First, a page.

Have your children help you make make saffron buns, and bring them to neighbors, friends, or someone in need of encouragement and love. I also think this day can be a good day to pray with your children for persecuted Christians and the many Christians around the world who suffer because of their faith even today. Good resources for prayer and conversation about unreached people groups and the persecuted church are Joshua Project, Operation World (a project of WEC International), and Voice of the Martyrs.

Do you have a recipe for saffron buns?!

Yes! Check out the recipe here. These buns are delicious and will fill your home with a delightful aroma for the holidays.


Lucia buns (photo by Tomhe)


Other resources

Check out our page on Advent feastdays, including St. Lucy's Day, and read our essay "Following the Example of Saints." We think today is a perfect day to learn and teach about St. Lucy, a compassionate yet fearless young woman who paid the ultimate price for her faith. Here's a prayer for the day, drawn from the Revised Common Lectionary:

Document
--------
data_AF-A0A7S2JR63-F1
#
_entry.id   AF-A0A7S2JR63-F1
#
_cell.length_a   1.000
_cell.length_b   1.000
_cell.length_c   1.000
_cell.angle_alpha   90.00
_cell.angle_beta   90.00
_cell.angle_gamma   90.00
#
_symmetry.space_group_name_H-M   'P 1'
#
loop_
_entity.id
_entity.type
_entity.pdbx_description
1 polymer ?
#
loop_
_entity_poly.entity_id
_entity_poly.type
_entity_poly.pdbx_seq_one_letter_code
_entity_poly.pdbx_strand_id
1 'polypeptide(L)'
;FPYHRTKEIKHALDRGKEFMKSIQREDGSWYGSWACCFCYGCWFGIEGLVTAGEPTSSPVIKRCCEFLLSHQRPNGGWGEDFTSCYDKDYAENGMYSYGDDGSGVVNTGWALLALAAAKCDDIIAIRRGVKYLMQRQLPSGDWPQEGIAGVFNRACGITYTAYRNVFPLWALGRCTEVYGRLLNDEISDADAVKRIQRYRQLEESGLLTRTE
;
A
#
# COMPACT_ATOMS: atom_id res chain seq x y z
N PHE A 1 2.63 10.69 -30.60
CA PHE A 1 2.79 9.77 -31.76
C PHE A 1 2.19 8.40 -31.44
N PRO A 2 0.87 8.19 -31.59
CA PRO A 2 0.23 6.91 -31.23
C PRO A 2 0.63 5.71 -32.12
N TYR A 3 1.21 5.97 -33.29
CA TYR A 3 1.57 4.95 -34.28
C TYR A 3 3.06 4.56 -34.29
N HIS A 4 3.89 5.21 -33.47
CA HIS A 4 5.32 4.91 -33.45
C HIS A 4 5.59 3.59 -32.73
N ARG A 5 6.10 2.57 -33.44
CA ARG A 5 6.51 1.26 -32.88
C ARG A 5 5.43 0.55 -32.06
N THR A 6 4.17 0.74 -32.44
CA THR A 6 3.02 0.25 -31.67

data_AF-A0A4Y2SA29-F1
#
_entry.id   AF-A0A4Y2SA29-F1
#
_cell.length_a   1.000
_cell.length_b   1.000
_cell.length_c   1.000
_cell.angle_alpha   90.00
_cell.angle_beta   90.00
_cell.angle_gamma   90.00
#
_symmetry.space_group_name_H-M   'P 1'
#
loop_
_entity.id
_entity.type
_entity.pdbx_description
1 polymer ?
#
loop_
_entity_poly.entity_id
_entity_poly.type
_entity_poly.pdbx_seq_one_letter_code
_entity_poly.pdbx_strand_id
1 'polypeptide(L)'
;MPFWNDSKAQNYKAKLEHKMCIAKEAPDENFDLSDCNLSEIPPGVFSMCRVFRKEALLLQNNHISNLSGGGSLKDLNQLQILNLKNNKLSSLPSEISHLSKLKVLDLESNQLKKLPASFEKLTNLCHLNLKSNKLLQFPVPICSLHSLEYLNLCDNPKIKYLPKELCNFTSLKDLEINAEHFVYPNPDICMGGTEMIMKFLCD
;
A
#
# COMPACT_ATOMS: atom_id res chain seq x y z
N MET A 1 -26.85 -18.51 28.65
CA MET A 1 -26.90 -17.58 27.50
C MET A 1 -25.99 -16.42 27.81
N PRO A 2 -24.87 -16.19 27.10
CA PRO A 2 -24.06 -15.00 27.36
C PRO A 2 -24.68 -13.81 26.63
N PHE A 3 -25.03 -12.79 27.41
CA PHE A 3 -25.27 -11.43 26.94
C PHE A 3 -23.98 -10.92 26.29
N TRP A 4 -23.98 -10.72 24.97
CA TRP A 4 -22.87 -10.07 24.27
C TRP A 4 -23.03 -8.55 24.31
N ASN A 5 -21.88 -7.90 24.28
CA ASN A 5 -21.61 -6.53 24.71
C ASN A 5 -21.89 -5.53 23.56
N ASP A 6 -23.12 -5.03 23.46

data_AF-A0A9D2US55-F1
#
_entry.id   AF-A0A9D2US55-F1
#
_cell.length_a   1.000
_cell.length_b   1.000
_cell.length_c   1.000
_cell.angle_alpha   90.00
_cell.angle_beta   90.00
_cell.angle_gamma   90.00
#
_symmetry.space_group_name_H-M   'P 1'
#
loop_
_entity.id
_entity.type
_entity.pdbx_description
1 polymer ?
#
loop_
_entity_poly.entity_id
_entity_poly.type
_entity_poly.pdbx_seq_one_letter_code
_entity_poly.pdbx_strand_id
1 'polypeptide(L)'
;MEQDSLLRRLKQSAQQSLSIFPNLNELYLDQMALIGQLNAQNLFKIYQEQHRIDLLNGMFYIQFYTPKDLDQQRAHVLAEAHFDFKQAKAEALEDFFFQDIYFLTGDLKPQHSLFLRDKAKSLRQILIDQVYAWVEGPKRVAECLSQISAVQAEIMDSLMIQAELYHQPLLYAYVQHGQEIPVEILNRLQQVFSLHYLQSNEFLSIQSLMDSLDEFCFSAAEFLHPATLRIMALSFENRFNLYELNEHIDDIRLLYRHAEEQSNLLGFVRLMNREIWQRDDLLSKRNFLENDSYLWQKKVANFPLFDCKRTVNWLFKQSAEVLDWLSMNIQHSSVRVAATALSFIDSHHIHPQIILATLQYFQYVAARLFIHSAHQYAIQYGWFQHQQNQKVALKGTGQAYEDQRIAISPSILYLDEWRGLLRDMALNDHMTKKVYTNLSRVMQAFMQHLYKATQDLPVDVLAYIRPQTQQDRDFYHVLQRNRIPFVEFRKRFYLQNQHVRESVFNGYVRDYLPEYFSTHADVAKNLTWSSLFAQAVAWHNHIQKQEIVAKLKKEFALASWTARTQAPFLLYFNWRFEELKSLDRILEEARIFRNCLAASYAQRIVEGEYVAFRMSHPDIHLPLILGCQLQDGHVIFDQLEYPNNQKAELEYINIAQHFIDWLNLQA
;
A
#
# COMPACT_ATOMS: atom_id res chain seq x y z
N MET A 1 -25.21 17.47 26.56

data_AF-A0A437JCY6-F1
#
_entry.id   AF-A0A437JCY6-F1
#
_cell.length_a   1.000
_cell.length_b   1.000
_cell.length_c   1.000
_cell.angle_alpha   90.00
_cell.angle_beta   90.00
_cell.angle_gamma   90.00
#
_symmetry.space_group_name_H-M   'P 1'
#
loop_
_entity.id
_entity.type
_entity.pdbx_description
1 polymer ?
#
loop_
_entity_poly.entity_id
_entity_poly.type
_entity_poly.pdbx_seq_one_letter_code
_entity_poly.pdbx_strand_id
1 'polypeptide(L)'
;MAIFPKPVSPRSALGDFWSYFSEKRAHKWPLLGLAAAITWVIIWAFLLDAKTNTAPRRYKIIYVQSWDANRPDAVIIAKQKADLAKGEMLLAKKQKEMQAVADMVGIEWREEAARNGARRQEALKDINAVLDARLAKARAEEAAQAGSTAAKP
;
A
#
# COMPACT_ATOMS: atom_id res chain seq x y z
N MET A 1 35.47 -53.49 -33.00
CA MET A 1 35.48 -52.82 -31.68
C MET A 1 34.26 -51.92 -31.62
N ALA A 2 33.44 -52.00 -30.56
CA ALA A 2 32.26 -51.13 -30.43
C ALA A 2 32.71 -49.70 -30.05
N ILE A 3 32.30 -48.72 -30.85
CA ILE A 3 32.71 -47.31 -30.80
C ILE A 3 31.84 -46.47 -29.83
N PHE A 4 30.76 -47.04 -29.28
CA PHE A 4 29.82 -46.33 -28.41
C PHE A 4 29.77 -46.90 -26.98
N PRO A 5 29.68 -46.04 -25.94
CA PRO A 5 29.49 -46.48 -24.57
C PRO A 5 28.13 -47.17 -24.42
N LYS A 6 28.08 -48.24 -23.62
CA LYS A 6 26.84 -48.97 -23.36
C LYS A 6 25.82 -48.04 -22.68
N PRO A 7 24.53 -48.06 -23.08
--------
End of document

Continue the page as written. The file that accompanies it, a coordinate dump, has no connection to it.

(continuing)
God of joy and exultation, you strengthen what is weak; you enrich the poor and give hope to those who live in fear. Look upon our needs this day. Make us grateful for the good news of salvation and keep us faithful in your service until the coming of our Lord Jesus Christ, who lives for ever and ever. Amen.

The colors of Advent and Christmas

For most people, the holidays mean red and green, perhaps a vestige of the "paradise trees" hung with apples that were forerunners of our modern Christmas trees.

But in traditional churches at this time of year, you'll see different colors. Purple is the main color for the Advent season, though some churches prefer deep or royal blue. For the third Sunday of Advent — the Sunday of Joy — the chosen color is rose (pink) to reflect the joy in our hearts as Christmas nears. White and gold are the traditional colors for Christmas.


Here's some further insight on these color choices. In church tradition, purple is associated with sorrow, prayer, and penitence. It's the liturgical color for Lent, and history suggests that Advent developed as a kind of parallel to Lent — both are seasons of preparing for the great celebratory feasts, Christmas and Easter.

To distinguish Advent from Lent, many Protestant churches, including Anglicans and Lutherans, use deep or royal blue instead of purple. I, personally, prefer the blue. It symbolizes royalty — a coming King. It’s also the color of the sky in the cold, dark hours just before dawn. Blue perfectly reflects the expectant, hope-filled themes of Advent.